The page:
The Harald Szeemann Archive and Library, one of the most important private research collections for modern and contemporary art in the world, is coming to the Getty Research Institute—and we couldn’t be more excited.
Szeemann was the most influential curator of his generation, and his projects had a profound influence on artistic developments of the postwar era, from conceptualism and postminimalism to new forms of installation and performance art. His archive is the largest and most impressive collection that either of us has ever seen.
The archive is fascinating not only for what it contains—thousands of documents of immense scholarly value, including artists’ letters, drawings, photographs, rare books, ephemera, and unpublished documents—but also for how it was stored and organized. Located in the tiny Swiss village of Maggia, the archive fills a sprawling series of eight rooms in a three-story building that Szeemann referred to as the Fabbrica, or “the Factory.” The building was formerly a watch factory, and indeed it remained a sort of fabbrica for Szeemann, as it was the workshop where he produced the remarkable exhibitions that he organized around the world.
Our first encounter with Szeemann’s collection, on a snowy day back in November 2010, was an incredible experience. We wandered through the Fabbrica, awestruck by a large workroom where Szeemann would receive correspondence from artists, curators, scholars, and gallerists working in every facet of contemporary art. Gallery announcements, exhibition brochures, and stacks of exhibition catalogues filled every square inch.
Upstairs, there were smaller spaces where Szeemann read and studied. It was fascinating to stumble on early documents, including albums that recorded theater pieces and presentations from his teen years, and a set of handmade geography sketchbooks filled with meticulous drawings of maps and statistics from around the world. These early documents showed Szeemann’s incredible visual acuity and curiosity about the world, and seemed to forecast his great ambitions even at an early age.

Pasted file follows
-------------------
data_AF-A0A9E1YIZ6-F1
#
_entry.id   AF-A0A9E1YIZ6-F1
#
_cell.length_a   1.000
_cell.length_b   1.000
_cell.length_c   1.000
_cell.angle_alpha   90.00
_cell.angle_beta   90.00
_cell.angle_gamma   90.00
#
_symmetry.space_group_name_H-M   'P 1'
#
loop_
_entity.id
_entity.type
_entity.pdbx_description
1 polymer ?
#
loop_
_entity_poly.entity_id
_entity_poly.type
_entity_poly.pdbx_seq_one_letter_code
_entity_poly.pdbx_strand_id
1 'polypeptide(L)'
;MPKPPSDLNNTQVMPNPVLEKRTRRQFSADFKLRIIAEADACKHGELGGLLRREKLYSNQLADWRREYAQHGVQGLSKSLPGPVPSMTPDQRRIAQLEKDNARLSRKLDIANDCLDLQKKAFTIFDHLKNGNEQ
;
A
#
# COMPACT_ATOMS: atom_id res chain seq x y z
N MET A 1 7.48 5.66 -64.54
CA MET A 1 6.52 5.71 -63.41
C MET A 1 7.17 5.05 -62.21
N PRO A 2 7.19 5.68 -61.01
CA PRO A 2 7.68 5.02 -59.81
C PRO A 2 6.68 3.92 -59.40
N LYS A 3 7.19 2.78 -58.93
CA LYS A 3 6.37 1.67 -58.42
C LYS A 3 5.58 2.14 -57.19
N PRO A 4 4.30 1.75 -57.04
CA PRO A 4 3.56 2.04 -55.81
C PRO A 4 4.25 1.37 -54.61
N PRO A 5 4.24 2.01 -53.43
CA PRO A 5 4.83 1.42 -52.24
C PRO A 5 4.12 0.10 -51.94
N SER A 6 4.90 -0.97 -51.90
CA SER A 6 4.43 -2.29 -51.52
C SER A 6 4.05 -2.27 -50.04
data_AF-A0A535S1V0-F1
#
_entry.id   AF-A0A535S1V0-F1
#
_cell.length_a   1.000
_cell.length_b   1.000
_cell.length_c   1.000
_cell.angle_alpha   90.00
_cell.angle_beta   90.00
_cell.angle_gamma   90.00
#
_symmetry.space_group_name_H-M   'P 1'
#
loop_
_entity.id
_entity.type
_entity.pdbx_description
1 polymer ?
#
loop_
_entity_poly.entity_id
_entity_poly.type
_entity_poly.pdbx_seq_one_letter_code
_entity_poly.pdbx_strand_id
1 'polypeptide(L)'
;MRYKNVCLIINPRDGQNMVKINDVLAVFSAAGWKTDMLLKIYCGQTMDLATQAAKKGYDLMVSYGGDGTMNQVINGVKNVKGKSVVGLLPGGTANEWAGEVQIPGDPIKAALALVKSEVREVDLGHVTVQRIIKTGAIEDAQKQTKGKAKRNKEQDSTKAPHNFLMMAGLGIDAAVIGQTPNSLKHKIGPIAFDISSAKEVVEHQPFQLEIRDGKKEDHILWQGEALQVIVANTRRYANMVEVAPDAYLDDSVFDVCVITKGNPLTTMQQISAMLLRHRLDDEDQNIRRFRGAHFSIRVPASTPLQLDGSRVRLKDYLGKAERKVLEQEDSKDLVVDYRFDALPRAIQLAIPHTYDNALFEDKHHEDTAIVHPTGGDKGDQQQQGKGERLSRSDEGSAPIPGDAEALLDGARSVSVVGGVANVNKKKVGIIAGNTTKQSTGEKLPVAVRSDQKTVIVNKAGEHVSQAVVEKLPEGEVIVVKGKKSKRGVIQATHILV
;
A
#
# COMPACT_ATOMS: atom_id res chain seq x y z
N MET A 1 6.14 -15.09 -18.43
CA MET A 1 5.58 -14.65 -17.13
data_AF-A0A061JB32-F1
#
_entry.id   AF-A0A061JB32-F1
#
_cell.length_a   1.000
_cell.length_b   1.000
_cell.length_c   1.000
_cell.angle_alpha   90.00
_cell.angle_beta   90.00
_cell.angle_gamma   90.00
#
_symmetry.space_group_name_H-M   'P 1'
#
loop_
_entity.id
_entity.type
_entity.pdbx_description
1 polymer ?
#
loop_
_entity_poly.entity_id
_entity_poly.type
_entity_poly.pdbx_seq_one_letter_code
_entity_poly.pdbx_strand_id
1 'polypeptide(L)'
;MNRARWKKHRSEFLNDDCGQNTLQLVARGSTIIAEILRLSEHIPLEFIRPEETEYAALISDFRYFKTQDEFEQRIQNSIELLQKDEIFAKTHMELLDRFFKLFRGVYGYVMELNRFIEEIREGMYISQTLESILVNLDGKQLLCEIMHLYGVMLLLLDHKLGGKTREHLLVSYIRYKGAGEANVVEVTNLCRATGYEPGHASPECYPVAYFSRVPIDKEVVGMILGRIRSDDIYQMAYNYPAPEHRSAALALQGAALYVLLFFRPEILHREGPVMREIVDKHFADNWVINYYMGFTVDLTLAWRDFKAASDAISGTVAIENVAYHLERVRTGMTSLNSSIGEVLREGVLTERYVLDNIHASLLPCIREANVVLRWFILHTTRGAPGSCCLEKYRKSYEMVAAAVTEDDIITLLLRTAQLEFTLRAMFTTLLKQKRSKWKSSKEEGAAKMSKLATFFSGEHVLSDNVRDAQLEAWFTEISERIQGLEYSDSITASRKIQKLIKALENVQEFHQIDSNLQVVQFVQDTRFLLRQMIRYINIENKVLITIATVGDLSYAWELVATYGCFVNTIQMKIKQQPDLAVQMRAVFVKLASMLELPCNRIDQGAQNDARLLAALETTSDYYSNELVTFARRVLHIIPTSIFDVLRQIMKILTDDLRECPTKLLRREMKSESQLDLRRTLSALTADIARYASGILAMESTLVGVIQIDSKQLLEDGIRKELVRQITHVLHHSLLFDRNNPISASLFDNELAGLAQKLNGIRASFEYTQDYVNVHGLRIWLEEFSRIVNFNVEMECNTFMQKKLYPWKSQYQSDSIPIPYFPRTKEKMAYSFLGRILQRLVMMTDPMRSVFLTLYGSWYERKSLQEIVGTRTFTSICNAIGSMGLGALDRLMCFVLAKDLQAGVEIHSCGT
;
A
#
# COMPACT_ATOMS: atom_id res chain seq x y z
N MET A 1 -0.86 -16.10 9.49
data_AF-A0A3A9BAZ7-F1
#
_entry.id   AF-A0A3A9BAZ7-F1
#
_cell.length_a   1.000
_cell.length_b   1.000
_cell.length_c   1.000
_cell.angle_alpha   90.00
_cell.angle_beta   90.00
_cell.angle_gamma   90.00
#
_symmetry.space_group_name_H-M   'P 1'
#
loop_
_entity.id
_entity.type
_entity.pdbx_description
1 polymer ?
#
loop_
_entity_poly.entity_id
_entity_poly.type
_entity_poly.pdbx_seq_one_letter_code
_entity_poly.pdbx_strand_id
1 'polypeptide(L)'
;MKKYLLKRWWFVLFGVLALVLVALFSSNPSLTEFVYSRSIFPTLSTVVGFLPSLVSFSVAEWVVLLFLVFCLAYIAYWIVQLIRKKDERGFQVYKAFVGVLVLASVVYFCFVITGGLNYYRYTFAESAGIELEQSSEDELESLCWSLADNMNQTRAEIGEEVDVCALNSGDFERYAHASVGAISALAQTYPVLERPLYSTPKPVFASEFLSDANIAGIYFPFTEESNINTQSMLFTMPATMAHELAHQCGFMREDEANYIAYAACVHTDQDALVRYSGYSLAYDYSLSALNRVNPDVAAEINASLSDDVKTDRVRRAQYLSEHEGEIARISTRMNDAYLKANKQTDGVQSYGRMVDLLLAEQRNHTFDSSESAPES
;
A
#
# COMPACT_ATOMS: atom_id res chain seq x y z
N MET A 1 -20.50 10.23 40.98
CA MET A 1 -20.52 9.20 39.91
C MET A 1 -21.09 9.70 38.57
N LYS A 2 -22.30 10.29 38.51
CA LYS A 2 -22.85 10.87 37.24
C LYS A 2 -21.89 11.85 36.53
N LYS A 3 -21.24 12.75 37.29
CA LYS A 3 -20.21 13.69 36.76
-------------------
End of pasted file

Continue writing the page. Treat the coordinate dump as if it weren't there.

As a curator, Szeemann would often choose the artists he wished to work with, and then ask them to create new works for the exhibition. While this is a relatively common practice in contemporary art museums today, it was still a new approach in the 1960s—after all, how could a curator choose to exhibit an artwork that hadn’t even been made yet? Looking through the files for some of Szeemann’s legendary exhibitions such as Live in Your Head, When Attitudes Become Form, Happening & Fluxus, and Documenta V, we saw incredible exchanges between artists and Szeemann as they worked together to figure out what to create for the exhibition, sending sketches, proposals, and ideas back and forth.
Now that we are the stewards of this archive, we intend to preserve its legacy and provide access to it in a way that acknowledges Szeemann’s significant contributions to the interpretation of art, his generosity to artists, as well as the humanity and even the humor of his methodology. Before the archive leaves Switzerland, we’ll be making a complete inventory and taking photo documentation. Then the archive will be packed and labeled according to its original arrangement.
Over the next three or four years, our library and special collections cataloguing teams, led by David Farneth, Kathleen Salomon, and Andra Darlingon, will do significant work to make the collection accessible to scholars. We look at the complex process of cataloguing and preserving the archive as a major research project, and hope it will serve as a case study for archival procedures. We plan to engage our scholars-in-residence in the process through informal conversations and workshops to make the collection dynamic not only to the scholarly community, but also to everyone interested in the history of 20th-century art.